Being around an annual contender in Detroit -- both as a player and an executive -- should be invaluable to Yzerman during this process. He believes this position will be beneficial to both Detroit and Team Canada.

"With the Red Wings, I'm free to make my own schedule," Yzerman said. "I kind of bounce around to every department. I try to get out and see our players and our minor-league team. My schedule is flexible. This gives us another opportunity to go and assess players. Being here and participating, you learn a lot about players and people around the League. You gather so much information. It's a good thing for the Detroit Red Wings, and hopefully it'll be a good thing for the Canadian National Team."

Holland, who has known Yzerman for more than 20 years, believes Yzerman's time has come.

"Steve and I joined the Red Wings in the early 80s, and Steve's just a natural born leader," Holland said. "He's got a passion for the game. He's a competitor. He's got tremendous international experience as a player. When Steve walks into the locker room, he's been in that same situation as the players of the team. He's been there. He was there in 2002 in Salt Lake City. I think for a whole lot of different reasons, Steve's the perfect man for the job."


That doesn't mean that Holland won't be heavily involved, though. While his main focus will always be his day-to-day duties with the Red Wings, Holland is committed to helping Yzerman bring the gold back to Canada. Holland said on Saturday that Detroit ownership is understanding of what the two are trying to accomplish for their country.

"Steve and I talked to Mr. Ilitch," Holland said. "Steve and I understand that there's a time commitment, and I'm looking forward to the challenge. I know that the Red Wings pay my job, but I'm a Canadian. I'm going to give my heart and soul to the team. If I've got to work longer days and longer hours, so be it. It's an opportunity of a lifetime for all of us."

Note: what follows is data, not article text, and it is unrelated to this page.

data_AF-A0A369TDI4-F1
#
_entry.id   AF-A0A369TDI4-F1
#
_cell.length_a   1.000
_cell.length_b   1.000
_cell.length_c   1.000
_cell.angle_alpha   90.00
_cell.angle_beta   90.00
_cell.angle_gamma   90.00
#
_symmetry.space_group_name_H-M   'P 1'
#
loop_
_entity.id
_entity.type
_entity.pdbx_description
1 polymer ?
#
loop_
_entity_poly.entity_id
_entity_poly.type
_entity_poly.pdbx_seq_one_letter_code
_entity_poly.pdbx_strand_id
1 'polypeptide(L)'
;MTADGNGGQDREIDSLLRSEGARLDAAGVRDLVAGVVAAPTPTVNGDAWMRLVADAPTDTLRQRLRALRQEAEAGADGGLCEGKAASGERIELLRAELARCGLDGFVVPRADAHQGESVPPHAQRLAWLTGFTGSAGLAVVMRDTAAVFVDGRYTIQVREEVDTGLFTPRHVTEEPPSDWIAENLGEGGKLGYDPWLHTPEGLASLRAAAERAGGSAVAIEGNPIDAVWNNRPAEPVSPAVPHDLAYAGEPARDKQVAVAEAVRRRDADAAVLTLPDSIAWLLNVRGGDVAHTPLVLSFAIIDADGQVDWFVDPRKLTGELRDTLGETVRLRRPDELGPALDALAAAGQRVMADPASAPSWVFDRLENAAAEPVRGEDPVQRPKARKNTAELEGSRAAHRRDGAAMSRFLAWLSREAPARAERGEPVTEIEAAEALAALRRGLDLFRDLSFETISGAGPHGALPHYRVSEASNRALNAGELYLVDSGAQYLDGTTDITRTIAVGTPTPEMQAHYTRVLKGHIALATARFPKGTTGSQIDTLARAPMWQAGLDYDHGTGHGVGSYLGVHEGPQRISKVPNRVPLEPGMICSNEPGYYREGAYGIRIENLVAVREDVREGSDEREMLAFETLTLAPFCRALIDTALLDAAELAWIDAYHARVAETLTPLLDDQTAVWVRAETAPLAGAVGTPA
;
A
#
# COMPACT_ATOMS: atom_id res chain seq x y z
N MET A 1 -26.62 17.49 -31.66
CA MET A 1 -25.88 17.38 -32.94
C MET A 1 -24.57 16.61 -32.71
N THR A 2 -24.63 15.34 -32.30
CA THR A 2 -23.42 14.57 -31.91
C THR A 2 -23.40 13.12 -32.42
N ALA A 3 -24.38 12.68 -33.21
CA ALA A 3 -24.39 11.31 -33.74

For those who are eager to see who will be behind the bench in Vancouver in 2010 will have to wait a while. Yzerman said the coaching staff likely won't be named until the conclusion of the 2008-09 season.

"Let's let this season play itself out," Yzerman said. "Like we're going to evaluate players, I think in some ways we're going to evaluate coaches. I think we'll wait until the season ends and elect our coaching staff. Having said that, if we get the right group and if we're comfortable with the people and we determine beforehand and the timing is right, then we'd be prepared to announce it prior to the end of the season. Right now, we're leaning towards the season to finish."

Once the coaching staff is in place, Yzerman will have to decide which players will get to wear the Canadian sweater on Canadian soil. On Saturday, he stressed the importance of selecting solid two-way players.

"Stanley Cup winners aren't necessarily all offense or all defense," Yzerman said. "We should be strong in both ends of the rink. We want to have a good, all-around, complete team. We're as skilled as any country in hockey, and that will be stressed."